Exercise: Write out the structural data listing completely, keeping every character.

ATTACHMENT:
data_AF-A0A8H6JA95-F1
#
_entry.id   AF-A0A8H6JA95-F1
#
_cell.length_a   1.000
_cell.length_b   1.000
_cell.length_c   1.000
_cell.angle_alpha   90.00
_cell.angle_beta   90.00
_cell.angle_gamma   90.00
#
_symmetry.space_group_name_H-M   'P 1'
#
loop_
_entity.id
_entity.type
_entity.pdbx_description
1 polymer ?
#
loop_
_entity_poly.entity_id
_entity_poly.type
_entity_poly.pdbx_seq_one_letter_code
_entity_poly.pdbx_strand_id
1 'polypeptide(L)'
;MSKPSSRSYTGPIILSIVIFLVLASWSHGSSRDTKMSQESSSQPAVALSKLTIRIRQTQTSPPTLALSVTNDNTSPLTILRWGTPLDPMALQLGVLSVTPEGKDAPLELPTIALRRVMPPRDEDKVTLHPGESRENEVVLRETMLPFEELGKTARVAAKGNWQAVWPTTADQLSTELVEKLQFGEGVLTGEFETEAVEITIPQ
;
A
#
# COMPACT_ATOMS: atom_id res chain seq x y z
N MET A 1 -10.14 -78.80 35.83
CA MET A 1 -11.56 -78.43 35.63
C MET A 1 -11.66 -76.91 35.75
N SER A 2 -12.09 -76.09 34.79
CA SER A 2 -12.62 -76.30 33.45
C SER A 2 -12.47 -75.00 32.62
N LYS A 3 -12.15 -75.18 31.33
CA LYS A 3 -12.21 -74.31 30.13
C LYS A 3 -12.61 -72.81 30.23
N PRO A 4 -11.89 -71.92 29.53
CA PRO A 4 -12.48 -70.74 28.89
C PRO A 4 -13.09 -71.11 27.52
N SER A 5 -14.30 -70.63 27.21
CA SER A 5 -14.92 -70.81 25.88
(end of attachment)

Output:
data_AF-A0A8H6JA95-F1
#
_entry.id   AF-A0A8H6JA95-F1
#
_cell.length_a   1.000
_cell.length_b   1.000
_cell.length_c   1.000
_cell.angle_alpha   90.00
_cell.angle_beta   90.00
_cell.angle_gamma   90.00
#
_symmetry.space_group_name_H-M   'P 1'
#
loop_
_entity.id
_entity.type
_entity.pdbx_description
1 polymer ?
#
loop_
_entity_poly.entity_id
_entity_poly.type
_entity_poly.pdbx_seq_one_letter_code
_entity_poly.pdbx_strand_id
1 'polypeptide(L)'
;MSKPSSRSYTGPIILSIVIFLVLASWSHGSSRDTKMSQESSSQPAVALSKLTIRIRQTQTSPPTLALSVTNDNTSPLTILRWGTPLDPMALQLGVLSVTPEGKDAPLELPTIALRRVMPPRDEDKVTLHPGESRENEVVLRETMLPFEELGKTARVAAKGNWQAVWPTTADQLSTELVEKLQFGEGVLTGEFETEAVEITIPQ
;
A
#
# COMPACT_ATOMS: atom_id res chain seq x y z
N MET A 1 -10.14 -78.80 35.83
CA MET A 1 -11.56 -78.43 35.63
C MET A 1 -11.66 -76.91 35.75
N SER A 2 -12.09 -76.09 34.79
CA SER A 2 -12.62 -76.30 33.45
C SER A 2 -12.47 -75.00 32.62
N LYS A 3 -12.15 -75.18 31.33
CA LYS A 3 -12.21 -74.31 30.13
C LYS A 3 -12.61 -72.81 30.23
N PRO A 4 -11.89 -71.92 29.53
CA PRO A 4 -12.48 -70.74 28.89
C PRO A 4 -13.09 -71.11 27.52
N SER A 5 -14.30 -70.63 27.21
CA SER A 5 -14.92 -70.81 25.88